Industry Update – CRTC News: The League, Quest, Paul Girouard, theScore, Must-Carry Channels

asperFight Media Inc.
The League – Fantasy Sports TV (Category B)
Approved: January 9, 2013

Fight Media Inc., which currently owns The Fight Network, is owned by Leonard Asper. Asper used to be the CEO of Canwest. Today, he stakes his future success on mixed martial arts, and fantasy leagues. At this point, The Fight Network relies most heavily on MMA, boxing, and the Live Audio Wrestling brand.

To be honest, The League isn’t a bad idea for a channel. It will likely work better on the Internet than as interactive television, yet Fight Media wants to get The League on air in North America, by summer 2013. There’s already a “fantasy pool” on The Fight Network’s website, where players choose who will win MMA fights.

The League won’t be able to devote more than ten percent of its schedule to televised sports. It’s hard to say what The League will be, when it debuts. The point is, Asper hasn’t left the Canadian television scene, though he’ll likely never get back what he lost.

HGTV Canada Inc.
Quest (Category B)
Approved: January 9, 2013

Quest, according to the CRTC, is “devoted to science and technology, nature and the environment, adventure, animal behaviour, pet care, wildlife, travel and world cultures.” This is the exact wording as seen on the CRTC’s 2005 approval of Discovery HD Theatre, which exists today as Discovery World.

Quest will be the second channel under HGTV Canada Inc. ownership, although Quest is – for all intents and purposes – a Shaw Media channel (PDF). The Shaw family, under Shaw Media and/or Corus Entertainment, controls HGTV Canada, Food Network Canada, and DIY Network Canada. Scripps Networks Interactive, Inc. is the minority partner, as Scripps Networks owns the HGTV, Food Network and DIY Network brands.

I assume Quest will become Travel Channel Canada. HGTV Canada and Food Network Canada are fairly profitable. Shaw Media introduced A+E Networks’ Lifetime, History, and H2 brands to Canada in 2012. Scripps Networks’ other brands are The Cooking Channel and Great American Country, so I’m making an educated guess on Travel Channel Canada.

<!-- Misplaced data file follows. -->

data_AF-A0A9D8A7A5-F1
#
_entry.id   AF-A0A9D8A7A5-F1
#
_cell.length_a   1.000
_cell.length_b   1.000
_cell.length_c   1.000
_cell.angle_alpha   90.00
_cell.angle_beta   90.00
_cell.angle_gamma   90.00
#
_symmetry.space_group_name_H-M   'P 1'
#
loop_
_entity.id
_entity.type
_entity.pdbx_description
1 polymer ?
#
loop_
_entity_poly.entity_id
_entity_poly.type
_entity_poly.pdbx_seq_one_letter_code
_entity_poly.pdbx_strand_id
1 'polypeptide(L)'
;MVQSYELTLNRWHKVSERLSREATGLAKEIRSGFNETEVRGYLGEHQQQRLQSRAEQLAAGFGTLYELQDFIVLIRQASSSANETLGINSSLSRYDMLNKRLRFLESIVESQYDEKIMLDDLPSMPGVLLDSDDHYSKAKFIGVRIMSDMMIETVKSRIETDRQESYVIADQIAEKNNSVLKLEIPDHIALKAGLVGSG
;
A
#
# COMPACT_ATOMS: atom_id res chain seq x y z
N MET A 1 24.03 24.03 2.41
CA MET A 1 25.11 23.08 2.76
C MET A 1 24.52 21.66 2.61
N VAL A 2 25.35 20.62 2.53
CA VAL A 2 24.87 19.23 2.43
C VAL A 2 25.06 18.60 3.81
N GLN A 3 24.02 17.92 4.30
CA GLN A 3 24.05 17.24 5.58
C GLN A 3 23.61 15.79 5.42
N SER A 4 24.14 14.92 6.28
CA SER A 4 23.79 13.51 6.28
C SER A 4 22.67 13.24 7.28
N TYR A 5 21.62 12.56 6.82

If Travel Channel makes the trip to Canada, it will directly compete with Rogers Media’s OLN, and Blue Ant Media’s Travel + Escape. OLN is not specifically a travel channel, as Travel + Escape is, yet OLN’s website description sells it as a “one-stop destination for adrenaline pumping action and adventure entertainment.” Travel channels are becoming competitive in this country.

Paul Girouard, on behalf of a corporation to be incorporated
Flying Television (Category B)
World Sports Network (Category B)
Boating Television (Category B)
Approved: January 17, 2013
Related Previous Approvals: Hockey TV (Category B; October 30, 2012); Canal Hockey (Category B; October 30, 2012)

I’ve never heard of Girouard before. All five of his channels are self-explanatory. Given the nature of “on behalf of a corporation to be incorporated” (OBCI) applications, his channels might never get off the ground. I’ll admit Girouard’s channels have interesting premises.

Rogers Media Inc., on behalf of The Score Television Network Limited
Transfer of theScore to Rogers Media
Broadcasting Notice of Consultation filed: January 16, 2013
Deadline for comments: February 20, 2013

For sports fans, this is a big one. Rogers Media announced its $171 million purchase of theScore in 2012. As part of theScore’s transfer to Rogers Media, in the form of the standard ten percent benefits package, Rogers wants to launch a few initiatives – Digital Media Production Scholarships, the Sportsnet Amateur Sports Initiative (i.e., funding for the production of amateur sports programming), and the Sportsnet Winter Games.

Rogers wants the CRTC to relax the fifteen-minute headline requirement when theScore broadcasts live sports games, calling the interruptions “disruptive.” Under the new rules, theScore will only broadcast headlines at least once per hour, during live games. Documentary programming will be increased from ten to fifteen percent of the overall schedule.

Technically, theScore is owned by Rogers Media, through trustee Peter Viner. If the CRTC rejects the transfer, Viner will have to pair theScore with another buyer. Likely, theScore will be folded into Sportsnet, if the CRTC accepts the deal. theScore Inc. (d/b/a Score Digital) still has its hand in digital media, including its popular ScoreMobile app.